Posted: Saturday, June 20, 2020
One of the only curative therapies for patients with germline GATA2 mutations is hematopoietic stem cell transplantation; however, it may cause increased risk for transplant-related toxicity and death. Findings from a case-control study, published in Biology of Blood and Marrow Transplantation, suggested that transplant outcomes were similar between patients with GATA2 mutations versus those with wild type. However, Inga Hofmann, MD, of the University of Wisconsin, Madison, and colleagues reported that neurologic and thrombotic events appeared to occur more frequently in the GATA2 group than in other patients, warranting further investigation.
The researchers retrospectively compared hematopoietic stem cell transplantation outcomes between pediatric patients with and without germline GATA2 mutations. Patients with GATA2 mutations had bone marrow failure, myelodysplastic syndromes, and acute myeloid leukemia (AML). They were compared with two control groups without the mutation: Control group A had bone marrow failure or myelodysplastic syndromes and control group B had acute leukemia.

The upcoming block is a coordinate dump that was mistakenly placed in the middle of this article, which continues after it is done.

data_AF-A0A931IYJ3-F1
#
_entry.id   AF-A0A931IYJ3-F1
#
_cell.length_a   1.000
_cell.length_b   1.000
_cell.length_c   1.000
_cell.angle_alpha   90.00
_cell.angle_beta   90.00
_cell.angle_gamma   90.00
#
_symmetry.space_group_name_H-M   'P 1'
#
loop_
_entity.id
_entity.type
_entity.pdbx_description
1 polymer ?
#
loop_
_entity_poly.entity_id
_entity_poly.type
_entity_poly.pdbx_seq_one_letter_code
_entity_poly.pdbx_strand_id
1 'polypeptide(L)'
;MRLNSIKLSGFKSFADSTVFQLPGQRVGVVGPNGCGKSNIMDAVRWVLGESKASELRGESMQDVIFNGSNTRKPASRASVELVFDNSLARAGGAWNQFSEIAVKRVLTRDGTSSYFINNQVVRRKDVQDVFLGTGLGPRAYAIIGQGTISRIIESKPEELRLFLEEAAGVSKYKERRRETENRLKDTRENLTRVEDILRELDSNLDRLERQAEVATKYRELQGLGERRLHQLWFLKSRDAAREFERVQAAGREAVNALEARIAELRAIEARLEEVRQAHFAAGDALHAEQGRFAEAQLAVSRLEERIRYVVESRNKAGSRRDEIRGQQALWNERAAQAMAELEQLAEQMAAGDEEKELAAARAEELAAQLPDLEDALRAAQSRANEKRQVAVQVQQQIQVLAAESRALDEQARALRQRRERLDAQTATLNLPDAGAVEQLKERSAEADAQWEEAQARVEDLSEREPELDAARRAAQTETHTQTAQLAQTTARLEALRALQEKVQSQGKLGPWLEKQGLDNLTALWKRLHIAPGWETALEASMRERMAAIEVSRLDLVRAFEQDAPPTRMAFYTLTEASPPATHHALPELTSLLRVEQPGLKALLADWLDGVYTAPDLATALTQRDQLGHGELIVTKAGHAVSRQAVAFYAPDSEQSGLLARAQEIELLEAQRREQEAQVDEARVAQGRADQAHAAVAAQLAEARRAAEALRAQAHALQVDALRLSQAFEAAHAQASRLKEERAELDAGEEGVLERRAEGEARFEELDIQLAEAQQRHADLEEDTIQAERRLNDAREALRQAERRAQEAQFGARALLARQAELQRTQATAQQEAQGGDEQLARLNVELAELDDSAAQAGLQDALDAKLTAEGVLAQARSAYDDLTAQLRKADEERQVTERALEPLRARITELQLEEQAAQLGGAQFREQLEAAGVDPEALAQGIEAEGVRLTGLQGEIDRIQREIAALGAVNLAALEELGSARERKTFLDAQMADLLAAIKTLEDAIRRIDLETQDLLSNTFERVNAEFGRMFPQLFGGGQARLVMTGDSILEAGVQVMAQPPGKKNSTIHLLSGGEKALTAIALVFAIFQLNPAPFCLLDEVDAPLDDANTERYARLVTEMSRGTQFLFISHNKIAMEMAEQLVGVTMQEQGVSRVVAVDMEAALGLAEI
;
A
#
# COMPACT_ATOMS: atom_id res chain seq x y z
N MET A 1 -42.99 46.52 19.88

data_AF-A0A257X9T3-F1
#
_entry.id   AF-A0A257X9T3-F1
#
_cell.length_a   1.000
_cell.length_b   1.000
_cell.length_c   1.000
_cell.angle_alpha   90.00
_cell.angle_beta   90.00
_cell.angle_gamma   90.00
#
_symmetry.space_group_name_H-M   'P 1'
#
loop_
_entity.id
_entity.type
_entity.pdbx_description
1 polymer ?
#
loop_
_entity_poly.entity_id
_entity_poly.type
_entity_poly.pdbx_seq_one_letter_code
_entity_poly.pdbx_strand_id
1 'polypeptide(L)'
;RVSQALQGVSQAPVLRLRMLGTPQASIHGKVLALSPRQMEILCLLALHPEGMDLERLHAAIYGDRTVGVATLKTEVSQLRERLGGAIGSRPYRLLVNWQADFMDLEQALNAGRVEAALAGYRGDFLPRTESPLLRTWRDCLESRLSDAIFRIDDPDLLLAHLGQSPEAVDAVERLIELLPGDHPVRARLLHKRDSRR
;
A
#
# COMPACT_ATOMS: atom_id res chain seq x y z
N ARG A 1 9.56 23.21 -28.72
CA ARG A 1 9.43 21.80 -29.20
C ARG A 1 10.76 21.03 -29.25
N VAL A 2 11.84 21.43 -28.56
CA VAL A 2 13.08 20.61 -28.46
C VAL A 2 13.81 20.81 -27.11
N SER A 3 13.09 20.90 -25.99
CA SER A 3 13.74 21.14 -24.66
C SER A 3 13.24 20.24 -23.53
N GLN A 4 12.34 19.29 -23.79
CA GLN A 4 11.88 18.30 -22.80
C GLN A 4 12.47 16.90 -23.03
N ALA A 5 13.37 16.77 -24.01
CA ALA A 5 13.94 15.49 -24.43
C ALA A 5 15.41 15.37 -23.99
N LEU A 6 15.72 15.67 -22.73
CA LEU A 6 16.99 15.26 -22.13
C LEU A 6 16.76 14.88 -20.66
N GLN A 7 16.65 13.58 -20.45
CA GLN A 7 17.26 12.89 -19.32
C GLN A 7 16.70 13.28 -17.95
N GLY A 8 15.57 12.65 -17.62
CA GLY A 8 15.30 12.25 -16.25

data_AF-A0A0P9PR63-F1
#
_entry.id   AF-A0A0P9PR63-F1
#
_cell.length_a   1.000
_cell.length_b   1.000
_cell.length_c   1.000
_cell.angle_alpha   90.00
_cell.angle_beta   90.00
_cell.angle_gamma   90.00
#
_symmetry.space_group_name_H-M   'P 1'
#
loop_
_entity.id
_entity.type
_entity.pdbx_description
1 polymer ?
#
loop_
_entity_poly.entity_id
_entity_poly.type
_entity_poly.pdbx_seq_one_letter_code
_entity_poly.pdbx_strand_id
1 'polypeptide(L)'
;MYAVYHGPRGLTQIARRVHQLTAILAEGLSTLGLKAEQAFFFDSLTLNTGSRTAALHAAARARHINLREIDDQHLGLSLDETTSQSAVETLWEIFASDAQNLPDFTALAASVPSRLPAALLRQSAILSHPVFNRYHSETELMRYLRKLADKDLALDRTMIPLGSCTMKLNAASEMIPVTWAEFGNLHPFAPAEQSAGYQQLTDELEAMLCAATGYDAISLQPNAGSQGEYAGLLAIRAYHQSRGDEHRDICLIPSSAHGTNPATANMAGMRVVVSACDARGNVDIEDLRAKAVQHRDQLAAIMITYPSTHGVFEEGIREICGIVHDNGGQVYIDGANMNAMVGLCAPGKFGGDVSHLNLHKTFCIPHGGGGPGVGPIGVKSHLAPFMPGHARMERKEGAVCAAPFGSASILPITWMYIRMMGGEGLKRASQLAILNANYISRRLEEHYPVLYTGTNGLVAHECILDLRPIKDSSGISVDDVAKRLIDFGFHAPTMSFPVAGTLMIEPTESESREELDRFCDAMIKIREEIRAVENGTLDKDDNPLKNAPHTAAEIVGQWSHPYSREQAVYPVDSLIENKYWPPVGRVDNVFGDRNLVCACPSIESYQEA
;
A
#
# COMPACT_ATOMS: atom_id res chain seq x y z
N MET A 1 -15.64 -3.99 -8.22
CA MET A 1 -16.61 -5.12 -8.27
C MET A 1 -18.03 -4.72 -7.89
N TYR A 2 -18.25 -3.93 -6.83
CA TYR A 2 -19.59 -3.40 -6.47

All of the groups achieved similar survival outcomes, regardless of mutation status. The 5-year overall survival rates were 65%, 58%, and 45% for the GATA2 cohort, control group A, and control group B, respectively. Similarly, the 5-year disease-free survival rates were 51%, 49%, and 43%, respectively.
However, the 5-year event-free survival rate was significantly lower in the GATA2 cohort than in the controls groups due to a high number of transplant-related adverse effects. In particular, neurologic toxicities occurred significantly more often among patients with the GATA2 mutation than in either control group. Thrombotic events occurred solely in the GATA2 cohort; there were no reported cases of thrombotic events in the control groups. However, the study authors reported no significant differences in the occurrence of transplant-related mortality, infections, or graft-versus-host disease based on the presence or absence of this genetic mutation.
Disclosure: The study authors reported no conflicts of interest.